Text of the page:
Aspen close to deal that would save the Given Institute
The Aspen Times
Aspen, CO Colorado
ASPEN – The city of Aspen has entered into final negotiations over the Given Institute with a company that is proposing to retain the main building, while dividing the site to possibly allow for three single-family homes.
The long-private negotiations behind a sale of the property became public Monday night as City Attorney John Worcester told City Council that a final deal is in the works.
S.C. Acquisitions, a recently founded limited liability company created by the developers’ lawyer, Bart Johnson, is looking to buy the property from the University of Colorado’s medical school and divide it into four separate lots.
The pending agreement gives Aspen officials, CU and the developers a focal point in the five-month negotiation in which the city has tried multiple different ways to preserve the building; the most recent move was an announcement of a pending emergency order to rezone the property for academic uses only.
Support Local Journalism
That rezoning would have prohibited any owner from building a single-family home on the property, which overlooks Hallam Lake from 100 East Francis St., essentially devaluing it.
The City Council voted down that ordinance Monday night.
The proposal looks to keep the Given building, deemed by many in Aspen as historically significant, intact.
“My client would like it to be preserved,” Johnson said.
The city has met frequently over the last few months with potential buyers in executive session to establish a deal that would honor the city’s desire to keep the Given Institute, as well as the buyers’ desire to turn a profit.
No official deal has been made, and the subdivision is subject to change.
“It’s really in its infancy,” said Mitch Haas, a planning consultant on the proposed development.
Two of the lots would be behind the Given building, to the north, and one would be to the western side.
Subdivision of the property would go through the normal public comment process for land-use applications and then onto the City Council. According to the current plan, the lots, at a half-acre each, would be much larger than a typical West End lot.
Councilman Torre asked for more space for the lot on which the Given would remain, saying he wanted to ensure plenty of “breathing room” for any nonprofits that would use the facility.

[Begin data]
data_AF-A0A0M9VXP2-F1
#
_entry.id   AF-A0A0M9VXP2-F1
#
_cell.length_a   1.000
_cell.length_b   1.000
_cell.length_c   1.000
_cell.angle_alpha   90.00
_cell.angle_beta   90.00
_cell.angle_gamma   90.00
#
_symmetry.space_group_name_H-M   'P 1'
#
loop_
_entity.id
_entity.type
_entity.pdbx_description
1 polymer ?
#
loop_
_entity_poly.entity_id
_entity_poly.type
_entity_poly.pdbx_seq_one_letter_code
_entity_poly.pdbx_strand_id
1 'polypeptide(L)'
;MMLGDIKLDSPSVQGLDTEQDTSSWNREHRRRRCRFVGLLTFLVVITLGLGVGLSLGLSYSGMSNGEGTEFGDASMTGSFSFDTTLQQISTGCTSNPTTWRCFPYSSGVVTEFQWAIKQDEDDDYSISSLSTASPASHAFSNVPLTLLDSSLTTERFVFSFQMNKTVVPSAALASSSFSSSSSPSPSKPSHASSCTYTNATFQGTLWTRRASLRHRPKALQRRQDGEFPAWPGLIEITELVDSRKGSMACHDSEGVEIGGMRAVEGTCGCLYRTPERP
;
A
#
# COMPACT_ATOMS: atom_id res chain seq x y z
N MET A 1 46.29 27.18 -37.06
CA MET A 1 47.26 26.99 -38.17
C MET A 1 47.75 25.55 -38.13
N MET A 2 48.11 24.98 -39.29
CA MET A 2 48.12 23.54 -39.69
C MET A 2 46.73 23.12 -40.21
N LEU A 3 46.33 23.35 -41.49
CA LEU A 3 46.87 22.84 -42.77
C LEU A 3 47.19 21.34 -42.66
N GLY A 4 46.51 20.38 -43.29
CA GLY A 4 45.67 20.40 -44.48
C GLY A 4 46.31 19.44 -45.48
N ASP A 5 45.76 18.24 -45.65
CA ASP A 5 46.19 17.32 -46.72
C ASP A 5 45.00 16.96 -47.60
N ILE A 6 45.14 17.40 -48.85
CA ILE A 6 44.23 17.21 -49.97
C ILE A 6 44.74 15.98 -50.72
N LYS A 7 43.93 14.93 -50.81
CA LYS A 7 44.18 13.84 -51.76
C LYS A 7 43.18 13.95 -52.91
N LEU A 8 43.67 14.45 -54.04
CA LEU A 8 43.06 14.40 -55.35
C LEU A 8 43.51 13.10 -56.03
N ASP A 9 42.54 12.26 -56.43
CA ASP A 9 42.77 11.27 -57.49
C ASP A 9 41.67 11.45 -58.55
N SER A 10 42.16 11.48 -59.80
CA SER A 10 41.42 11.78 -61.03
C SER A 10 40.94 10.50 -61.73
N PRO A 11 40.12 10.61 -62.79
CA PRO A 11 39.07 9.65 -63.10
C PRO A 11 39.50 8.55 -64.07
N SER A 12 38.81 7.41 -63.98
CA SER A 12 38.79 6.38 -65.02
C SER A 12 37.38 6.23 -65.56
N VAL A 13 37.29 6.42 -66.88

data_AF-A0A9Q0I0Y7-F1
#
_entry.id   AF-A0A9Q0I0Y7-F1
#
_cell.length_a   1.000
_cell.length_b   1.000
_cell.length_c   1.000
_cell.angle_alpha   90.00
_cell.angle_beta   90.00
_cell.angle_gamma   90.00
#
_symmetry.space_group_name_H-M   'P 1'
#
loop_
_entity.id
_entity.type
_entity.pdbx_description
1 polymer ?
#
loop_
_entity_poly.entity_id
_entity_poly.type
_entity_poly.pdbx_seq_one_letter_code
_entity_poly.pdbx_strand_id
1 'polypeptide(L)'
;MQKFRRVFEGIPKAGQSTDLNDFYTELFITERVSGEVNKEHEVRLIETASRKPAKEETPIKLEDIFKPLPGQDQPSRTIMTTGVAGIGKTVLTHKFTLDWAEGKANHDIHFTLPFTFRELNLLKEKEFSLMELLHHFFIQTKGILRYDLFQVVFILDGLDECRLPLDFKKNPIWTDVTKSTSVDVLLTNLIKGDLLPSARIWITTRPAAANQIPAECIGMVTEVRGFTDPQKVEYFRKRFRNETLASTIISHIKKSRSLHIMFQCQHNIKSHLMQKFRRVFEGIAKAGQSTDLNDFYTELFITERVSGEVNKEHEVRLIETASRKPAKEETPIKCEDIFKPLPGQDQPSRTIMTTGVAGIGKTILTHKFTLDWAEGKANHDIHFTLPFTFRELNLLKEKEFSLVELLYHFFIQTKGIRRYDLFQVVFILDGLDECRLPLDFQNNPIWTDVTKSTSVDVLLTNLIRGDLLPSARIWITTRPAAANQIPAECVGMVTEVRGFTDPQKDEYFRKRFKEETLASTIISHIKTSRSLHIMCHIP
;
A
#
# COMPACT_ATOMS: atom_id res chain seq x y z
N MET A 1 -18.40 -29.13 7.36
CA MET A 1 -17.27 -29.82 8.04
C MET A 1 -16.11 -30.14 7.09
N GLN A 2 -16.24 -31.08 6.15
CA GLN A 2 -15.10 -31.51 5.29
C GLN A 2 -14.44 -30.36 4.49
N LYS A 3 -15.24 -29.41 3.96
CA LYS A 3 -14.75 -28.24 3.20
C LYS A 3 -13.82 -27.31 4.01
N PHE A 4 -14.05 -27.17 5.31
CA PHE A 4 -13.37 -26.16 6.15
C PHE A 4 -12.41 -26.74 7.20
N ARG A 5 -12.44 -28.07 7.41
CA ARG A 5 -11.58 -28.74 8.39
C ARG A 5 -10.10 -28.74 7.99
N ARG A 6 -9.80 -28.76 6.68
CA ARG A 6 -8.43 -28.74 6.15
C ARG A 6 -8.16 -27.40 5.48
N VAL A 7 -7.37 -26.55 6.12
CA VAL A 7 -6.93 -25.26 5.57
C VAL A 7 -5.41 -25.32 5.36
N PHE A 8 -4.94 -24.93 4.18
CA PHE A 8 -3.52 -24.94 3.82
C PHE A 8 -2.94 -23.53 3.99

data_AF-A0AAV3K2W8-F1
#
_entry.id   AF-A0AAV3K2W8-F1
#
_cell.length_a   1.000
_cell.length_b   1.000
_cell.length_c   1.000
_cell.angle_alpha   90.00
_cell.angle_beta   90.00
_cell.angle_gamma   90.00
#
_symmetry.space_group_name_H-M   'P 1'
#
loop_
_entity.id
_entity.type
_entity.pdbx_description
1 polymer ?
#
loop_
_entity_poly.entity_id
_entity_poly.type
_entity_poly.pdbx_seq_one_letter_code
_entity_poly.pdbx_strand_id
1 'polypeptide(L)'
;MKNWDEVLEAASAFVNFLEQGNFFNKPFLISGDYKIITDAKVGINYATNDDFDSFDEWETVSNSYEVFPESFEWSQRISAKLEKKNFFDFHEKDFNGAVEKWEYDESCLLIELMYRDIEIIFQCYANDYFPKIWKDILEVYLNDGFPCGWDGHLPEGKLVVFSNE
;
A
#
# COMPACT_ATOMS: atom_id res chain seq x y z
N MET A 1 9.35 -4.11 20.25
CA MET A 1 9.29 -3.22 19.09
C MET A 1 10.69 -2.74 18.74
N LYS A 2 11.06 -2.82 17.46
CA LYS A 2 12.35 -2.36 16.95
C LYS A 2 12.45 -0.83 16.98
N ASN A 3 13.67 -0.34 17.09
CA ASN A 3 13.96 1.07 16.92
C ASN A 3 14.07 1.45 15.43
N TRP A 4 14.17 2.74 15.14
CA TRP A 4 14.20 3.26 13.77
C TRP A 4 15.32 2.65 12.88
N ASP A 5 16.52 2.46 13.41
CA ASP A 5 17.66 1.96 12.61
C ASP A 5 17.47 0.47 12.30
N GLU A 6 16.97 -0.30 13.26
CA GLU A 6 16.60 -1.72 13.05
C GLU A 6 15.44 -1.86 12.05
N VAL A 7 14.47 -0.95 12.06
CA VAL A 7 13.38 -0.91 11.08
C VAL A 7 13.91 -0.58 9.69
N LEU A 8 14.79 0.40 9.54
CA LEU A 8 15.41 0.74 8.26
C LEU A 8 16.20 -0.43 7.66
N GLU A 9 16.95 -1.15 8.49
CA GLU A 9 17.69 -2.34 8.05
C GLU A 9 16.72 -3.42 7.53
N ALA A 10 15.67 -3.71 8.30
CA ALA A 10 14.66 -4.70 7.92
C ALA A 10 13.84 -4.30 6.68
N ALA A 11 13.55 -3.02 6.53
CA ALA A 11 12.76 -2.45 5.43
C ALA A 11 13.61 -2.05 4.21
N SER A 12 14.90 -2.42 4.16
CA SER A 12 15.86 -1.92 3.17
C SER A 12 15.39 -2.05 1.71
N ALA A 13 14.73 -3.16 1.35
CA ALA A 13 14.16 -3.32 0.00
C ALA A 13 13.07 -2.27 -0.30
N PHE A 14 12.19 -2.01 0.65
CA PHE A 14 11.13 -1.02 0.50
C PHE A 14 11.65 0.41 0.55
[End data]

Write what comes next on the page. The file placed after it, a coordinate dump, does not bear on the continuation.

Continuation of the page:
Torre said the current plan would “make it very difficult for nonprofit use.”
Monday night after the council’s discussion, Johnson said that he could not yet disclose the names of the people behind S.C. Acquisitions, but offered assurance that they have a good reputation as developers.
“There are no half-built projects that they left,” Johnson said, noting that his clients have experience developing projects in Aspen.
The buyers are negotiating a purchase price with CU. The medical school’s spokesman, Dan Meyers, said Monday night that the LLC has offered a little less than $15 million.
The company is giving the city the option to rent the building for $1 for the first year after the as-yet official purchase, and to possibly buy it during or at the end of that term for the preliminary price of $3.75 million.
The university has said it may want to continue some of its activities in the building, according to Worcester.
If that time passes without the city purchasing the building, the LLC would retain the right to turn the Given into a single-family home.
But Johnson said his client was unlikely to do that. The buyer is committed to preserving an academic or nonprofit use for the building, he said. CU has used the Given for nearly four decades as a forum for medical science conferences.
The City Council also decided Monday night to extend until Jan. 11 negotiations to get the property designated as a historic landmark. It has been negotiating with the university since the beginning of the debate over the building’s preservation, and had extended those talks twice before Monday night.
The university has been trying to sell the Given Institute for the past five months because it can no longer afford the operating price tag, which can exceed $200,000 a year. CU officials cite lower state funding in their move to sell the property.
The buyer wants the city to commit to paying for the building during the year in which the city rents it.
If the city doesn’t use the building initially, it will cost much less to operate, said Steve Miller, the city’s capital asset director, during Monday’s council meeting.
“To mothball it, it’s more like $20,000 to $30,000,” Miller estimated.
Support Local Journalism
Readers around Aspen and Snowmass Village make the Aspen Times’ work possible. Your financial contribution supports our efforts to deliver quality, locally relevant journalism.
Now more than ever, your support is critical to help us keep our community informed about the evolving coronavirus pandemic and the impact it is having locally. Every contribution, however large or small, will make a difference.
Each donation will be used exclusively for the development and creation of increased news coverage.
Start a dialogue, stay on topic and be civil.
If you don't follow the rules, your comment may be deleted.
With “hands-on” off-limits as the COVID-19 pandemic continues to unfold across the United States, Colorado and Pitkin County, emergency first-responders are having to tweak the traditional ways they go about doing their jobs.